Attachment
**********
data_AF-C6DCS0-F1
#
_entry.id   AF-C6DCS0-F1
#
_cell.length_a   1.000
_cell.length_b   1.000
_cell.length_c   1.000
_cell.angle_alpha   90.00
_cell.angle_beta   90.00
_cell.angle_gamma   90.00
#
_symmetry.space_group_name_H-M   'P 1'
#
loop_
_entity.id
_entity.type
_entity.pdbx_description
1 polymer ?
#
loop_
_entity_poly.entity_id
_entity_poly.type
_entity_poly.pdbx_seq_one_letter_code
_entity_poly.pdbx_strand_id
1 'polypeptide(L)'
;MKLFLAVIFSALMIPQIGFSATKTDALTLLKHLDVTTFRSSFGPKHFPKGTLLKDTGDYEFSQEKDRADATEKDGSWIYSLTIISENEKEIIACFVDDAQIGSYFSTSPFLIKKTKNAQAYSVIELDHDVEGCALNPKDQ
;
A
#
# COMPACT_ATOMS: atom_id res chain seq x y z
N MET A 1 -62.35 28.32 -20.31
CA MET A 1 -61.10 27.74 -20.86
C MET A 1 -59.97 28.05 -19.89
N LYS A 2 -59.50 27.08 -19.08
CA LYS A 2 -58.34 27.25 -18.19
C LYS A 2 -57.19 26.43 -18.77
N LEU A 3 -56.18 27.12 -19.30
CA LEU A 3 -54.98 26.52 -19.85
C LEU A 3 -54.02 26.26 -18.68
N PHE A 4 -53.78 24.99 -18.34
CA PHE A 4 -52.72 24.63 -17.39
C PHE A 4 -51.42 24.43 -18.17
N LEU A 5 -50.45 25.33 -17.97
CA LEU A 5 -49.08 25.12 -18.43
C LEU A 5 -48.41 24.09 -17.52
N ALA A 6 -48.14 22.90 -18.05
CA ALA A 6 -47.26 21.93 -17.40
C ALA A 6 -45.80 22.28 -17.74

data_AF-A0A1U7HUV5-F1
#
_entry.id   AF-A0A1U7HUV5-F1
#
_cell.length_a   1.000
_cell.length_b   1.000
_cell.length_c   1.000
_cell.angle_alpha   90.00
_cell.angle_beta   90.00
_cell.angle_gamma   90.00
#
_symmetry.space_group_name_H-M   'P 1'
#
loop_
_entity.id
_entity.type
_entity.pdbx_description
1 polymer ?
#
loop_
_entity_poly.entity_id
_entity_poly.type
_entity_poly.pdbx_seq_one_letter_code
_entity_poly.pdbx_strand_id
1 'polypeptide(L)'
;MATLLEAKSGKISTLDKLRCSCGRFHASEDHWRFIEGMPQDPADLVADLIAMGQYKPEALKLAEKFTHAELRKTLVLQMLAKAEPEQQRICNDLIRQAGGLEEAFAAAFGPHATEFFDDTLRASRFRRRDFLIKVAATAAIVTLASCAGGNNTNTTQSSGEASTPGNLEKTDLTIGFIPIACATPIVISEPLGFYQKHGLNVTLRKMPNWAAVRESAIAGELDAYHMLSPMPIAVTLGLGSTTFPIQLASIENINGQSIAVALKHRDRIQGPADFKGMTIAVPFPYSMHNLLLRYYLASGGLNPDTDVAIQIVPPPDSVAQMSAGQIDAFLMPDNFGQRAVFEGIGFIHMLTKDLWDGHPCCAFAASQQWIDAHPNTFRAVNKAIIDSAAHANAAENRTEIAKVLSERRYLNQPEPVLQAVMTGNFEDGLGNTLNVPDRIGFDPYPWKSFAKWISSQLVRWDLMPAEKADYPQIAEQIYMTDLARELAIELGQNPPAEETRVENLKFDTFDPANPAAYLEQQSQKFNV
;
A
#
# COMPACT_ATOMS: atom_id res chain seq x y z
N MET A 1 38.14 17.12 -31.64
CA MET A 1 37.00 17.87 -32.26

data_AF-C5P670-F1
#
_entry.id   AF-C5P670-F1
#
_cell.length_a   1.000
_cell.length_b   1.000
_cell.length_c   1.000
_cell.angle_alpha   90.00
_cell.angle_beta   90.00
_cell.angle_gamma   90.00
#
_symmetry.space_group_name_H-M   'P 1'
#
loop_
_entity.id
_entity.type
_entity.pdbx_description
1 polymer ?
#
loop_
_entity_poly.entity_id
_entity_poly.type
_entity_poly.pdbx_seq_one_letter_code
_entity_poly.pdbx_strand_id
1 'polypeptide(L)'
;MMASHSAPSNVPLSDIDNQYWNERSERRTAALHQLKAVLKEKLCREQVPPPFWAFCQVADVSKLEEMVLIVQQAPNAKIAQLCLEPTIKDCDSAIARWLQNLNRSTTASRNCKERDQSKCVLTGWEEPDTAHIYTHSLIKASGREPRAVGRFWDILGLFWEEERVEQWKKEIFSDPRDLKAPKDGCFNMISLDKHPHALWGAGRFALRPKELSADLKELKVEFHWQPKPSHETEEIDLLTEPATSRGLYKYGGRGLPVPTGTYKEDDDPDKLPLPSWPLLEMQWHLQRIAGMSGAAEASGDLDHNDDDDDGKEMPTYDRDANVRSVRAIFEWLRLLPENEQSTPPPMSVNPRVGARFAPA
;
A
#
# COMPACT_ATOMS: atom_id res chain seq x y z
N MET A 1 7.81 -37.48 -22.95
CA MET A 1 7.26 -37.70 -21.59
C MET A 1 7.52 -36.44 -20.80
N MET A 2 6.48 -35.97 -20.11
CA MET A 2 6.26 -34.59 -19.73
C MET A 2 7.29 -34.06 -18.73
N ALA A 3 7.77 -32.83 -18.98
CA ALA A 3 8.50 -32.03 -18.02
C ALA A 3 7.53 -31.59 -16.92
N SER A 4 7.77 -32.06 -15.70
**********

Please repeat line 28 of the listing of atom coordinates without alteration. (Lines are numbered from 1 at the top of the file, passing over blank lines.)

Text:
A